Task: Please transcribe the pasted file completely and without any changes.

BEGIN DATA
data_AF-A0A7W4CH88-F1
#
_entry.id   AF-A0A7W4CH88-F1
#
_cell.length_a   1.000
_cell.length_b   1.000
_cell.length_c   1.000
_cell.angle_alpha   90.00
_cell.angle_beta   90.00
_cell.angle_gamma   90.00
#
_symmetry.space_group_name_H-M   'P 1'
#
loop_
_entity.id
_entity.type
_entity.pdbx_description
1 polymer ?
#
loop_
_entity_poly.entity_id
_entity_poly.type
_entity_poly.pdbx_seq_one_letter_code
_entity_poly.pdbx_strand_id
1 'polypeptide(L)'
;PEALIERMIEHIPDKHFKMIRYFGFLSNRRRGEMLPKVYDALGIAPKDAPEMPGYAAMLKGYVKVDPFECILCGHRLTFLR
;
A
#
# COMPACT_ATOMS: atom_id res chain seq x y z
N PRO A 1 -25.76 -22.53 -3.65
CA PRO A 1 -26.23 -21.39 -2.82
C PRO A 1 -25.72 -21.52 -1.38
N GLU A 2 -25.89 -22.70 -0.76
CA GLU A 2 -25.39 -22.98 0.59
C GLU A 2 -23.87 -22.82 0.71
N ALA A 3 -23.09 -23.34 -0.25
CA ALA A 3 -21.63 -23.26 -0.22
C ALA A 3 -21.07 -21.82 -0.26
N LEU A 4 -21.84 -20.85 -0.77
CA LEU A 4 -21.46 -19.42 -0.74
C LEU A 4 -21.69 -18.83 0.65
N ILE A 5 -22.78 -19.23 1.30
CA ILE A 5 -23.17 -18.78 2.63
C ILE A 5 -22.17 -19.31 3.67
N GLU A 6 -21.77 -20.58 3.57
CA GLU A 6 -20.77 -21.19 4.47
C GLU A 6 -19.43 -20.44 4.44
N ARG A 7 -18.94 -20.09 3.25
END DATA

data_AF-A0A7W4CH88-F1
#
_entry.id   AF-A0A7W4CH88-F1
#
_cell.length_a   1.000
_cell.length_b   1.000
_cell.length_c   1.000
_cell.angle_alpha   90.00
_cell.angle_beta   90.00
_cell.angle_gamma   90.00
#
_symmetry.space_group_name_H-M   'P 1'
#
loop_
_entity.id
_entity.type
_entity.pdbx_description
1 polymer ?
#
loop_
_entity_poly.entity_id
_entity_poly.type
_entity_poly.pdbx_seq_one_letter_code
_entity_poly.pdbx_strand_id
1 'polypeptide(L)'
;PEALIERMIEHIPDKHFKMIRYFGFLSNRRRGEMLPKVYDALGIAPKDAPEMPGYAAMLKGYVKVDPFECILCGHRLTFLR
;
A
#
# COMPACT_ATOMS: atom_id res chain seq x y z
N PRO A 1 -25.76 -22.53 -3.65
CA PRO A 1 -26.23 -21.39 -2.82
C PRO A 1 -25.72 -21.52 -1.38
N GLU A 2 -25.89 -22.70 -0.76
CA GLU A 2 -25.39 -22.98 0.59
C GLU A 2 -23.87 -22.82 0.71
N ALA A 3 -23.09 -23.34 -0.25
CA ALA A 3 -21.63 -23.26 -0.22
C ALA A 3 -21.07 -21.82 -0.26
N LEU A 4 -21.84 -20.85 -0.77
CA LEU A 4 -21.46 -19.42 -0.74
C LEU A 4 -21.69 -18.83 0.65
N ILE A 5 -22.78 -19.23 1.30
CA ILE A 5 -23.17 -18.78 2.63
C ILE A 5 -22.17 -19.31 3.67
N GLU A 6 -21.77 -20.58 3.57
CA GLU A 6 -20.77 -21.19 4.47
C GLU A 6 -19.43 -20.44 4.44
N ARG A 7 -18.94 -20.09 3.25